Fessing up, I don’t care who/why/whether you vote. FTR, your rather remarkable history of misstatements here in the comments of this site long ago made it simply more efficient to assume your statements are incorrect than “waste” effort (sisyphean task) to correct.

            But don’t worry or be angry, be happy. With the ascension of Trump now we are become proud subject peoples of the Russian Empire, and can look upon this war between the Democratic and Republican upper classes – and which of them wins with total indifference. Our task is to organize defeat, so as to hasten the onset of revolution.

  15. While the delay is disappointing, there might be a somewhat bright side to this. A delay to the rail connection gives more time to study and adopt alternatives to the current Caltrain terminus at Townsend and 4th street. I personally like the idea of moving the Caltrain rails underground along Third Street and transforming the 280 ramp into an Octavia-like boulevard at 16th street.

    This would unite the SOMA, Mission Bay and Potrero Hill neighborhoods into a walkable and livable center. It would also allow to move the Caltrain stop closer to the new Warriors arena and open up 3 blocks in prime location (between 4th and 7th street) for redevelopment.

    1. Regardless of the merits of this – and I’m on the record here opposing the 280 tear-down, and I’m also against making 4th and King the terminus – but again, setting that aside – any changes to the current proposal to bring HST to Transbay will pretty much start the ball from scratch, requiring planning and EIR review and public notices up the wazoo all from a new starting point.

      i.e., this isn’t simply an example of having an extra couple years to cogitate; if that cogitation results in a decision to materially change the current plans, then those changes themselves will add yet more years’ delay to the scheme.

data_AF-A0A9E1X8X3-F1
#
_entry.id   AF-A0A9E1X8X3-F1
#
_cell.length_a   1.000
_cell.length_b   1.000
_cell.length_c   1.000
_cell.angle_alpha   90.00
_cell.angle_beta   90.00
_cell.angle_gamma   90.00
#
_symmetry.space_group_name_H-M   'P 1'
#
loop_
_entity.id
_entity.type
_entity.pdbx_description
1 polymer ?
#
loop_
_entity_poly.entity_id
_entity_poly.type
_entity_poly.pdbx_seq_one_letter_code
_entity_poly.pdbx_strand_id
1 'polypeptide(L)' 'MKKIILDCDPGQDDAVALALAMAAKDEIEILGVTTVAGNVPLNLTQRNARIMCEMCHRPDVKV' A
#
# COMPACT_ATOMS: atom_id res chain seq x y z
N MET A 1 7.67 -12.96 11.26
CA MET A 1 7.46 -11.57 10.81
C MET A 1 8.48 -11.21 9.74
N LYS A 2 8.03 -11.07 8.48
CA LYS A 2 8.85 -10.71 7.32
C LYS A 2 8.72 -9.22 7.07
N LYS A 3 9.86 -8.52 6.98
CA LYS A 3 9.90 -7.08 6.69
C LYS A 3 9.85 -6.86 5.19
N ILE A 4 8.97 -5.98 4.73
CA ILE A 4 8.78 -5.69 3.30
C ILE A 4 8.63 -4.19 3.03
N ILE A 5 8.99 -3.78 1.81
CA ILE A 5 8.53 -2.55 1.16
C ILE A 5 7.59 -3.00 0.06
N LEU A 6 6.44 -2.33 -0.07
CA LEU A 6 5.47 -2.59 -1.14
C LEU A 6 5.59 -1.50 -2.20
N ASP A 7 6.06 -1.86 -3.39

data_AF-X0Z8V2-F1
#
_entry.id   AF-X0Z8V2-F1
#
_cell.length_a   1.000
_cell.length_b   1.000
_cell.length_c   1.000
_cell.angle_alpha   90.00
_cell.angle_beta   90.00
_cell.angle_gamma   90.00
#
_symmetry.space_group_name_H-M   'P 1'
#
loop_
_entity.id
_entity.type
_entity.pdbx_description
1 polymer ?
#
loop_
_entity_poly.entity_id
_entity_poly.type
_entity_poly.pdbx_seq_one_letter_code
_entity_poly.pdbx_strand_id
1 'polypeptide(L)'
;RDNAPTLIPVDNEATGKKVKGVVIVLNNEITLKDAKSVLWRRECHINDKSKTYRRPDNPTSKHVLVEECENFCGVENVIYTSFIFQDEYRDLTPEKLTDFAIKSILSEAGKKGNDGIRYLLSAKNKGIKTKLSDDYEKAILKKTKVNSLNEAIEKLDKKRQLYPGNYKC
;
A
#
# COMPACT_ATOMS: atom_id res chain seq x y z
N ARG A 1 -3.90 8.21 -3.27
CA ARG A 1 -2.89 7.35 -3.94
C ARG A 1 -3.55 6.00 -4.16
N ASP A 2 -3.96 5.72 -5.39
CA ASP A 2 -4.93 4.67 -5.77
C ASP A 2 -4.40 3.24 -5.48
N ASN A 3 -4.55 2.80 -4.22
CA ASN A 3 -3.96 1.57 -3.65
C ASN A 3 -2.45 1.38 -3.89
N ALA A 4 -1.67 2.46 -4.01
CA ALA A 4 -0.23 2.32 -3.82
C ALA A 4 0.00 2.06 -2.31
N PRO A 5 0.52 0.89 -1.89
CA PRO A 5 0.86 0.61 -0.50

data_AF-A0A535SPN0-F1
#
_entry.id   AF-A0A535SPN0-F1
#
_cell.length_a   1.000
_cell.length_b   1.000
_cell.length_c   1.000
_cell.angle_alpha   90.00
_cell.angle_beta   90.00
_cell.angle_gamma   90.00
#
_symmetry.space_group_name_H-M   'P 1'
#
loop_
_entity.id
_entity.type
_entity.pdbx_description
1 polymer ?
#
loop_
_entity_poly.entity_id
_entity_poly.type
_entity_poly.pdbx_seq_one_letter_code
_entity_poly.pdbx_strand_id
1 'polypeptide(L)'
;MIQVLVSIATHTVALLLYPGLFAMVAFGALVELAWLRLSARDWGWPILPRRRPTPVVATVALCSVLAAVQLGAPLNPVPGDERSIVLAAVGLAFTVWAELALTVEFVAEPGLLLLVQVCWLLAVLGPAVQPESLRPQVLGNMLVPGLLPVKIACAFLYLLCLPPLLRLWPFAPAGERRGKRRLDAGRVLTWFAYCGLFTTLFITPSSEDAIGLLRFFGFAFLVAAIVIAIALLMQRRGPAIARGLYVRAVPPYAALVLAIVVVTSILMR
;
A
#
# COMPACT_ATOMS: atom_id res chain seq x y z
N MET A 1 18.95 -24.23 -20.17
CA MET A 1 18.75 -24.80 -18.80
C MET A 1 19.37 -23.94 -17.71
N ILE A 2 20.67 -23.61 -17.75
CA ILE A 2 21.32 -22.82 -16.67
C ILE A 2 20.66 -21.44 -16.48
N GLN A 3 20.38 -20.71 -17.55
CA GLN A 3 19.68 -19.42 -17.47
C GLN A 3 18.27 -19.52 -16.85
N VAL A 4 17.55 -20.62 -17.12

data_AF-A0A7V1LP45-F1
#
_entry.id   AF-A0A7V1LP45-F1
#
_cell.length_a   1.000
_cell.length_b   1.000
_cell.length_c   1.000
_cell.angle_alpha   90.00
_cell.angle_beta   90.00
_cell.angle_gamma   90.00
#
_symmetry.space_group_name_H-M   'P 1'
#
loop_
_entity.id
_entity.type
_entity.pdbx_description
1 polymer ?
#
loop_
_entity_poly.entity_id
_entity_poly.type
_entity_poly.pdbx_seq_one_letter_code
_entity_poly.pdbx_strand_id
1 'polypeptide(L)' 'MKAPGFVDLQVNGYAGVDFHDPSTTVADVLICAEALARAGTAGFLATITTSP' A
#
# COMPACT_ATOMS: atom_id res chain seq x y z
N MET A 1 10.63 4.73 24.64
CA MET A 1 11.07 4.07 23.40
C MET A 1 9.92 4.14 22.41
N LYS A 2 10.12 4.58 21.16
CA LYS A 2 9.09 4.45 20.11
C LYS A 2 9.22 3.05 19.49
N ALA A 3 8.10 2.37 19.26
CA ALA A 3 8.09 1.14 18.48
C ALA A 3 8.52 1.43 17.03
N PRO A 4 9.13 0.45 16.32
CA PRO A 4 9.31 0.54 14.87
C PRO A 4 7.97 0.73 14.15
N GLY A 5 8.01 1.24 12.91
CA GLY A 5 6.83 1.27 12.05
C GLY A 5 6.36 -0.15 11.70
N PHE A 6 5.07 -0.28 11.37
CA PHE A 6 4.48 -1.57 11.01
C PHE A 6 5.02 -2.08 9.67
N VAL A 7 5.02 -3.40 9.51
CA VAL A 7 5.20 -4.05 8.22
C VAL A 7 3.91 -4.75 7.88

1. Just to clarify, in the alternative above I still argue that the final Caltrain, High Speed Rail should be at Transbay. However, a smaller Caltrain stop in Mission Bay should be included. This is one of the options in the current plan, therefore not triggering new approval requirements as far as I know.

        1. Or we could simply add a T-Stop to 22nd & 3rd to make connections to Mission Bay either.

          As an aside, I didn’t realize that T doesn’t actually stop in center of Dog Patch at 22nd & 3rd where all the bars, restaurants and closest location to Caltrain station is. Instead, they put a T stop on 23rd where there is an Ambulance parking lot, a moving truck parking lot and a generic parking lot with some food trucks. They couldn’t have found a worse location!

          1. The placement of the boarding stations for the T along 3rd Street (Willie Brown Blvd) couldn’t be more asinine.

          2. Worse yet is that the T doesn’t even connect with Caltrain at Bayshore which we were promised over a decade ago before the T opened.

            These are pretty short blocks though, but the T could have benefited from consolidation of a few stops along its route.

  16. Do you mean the old Bay Bridge first conceived during the early gold rush days and completed in 1936 or the new Bay Bridge which was needed after the 1989 earthquake and constructed between 2002 and 2013 at a cost of $6.5 billion (source Wikipedia).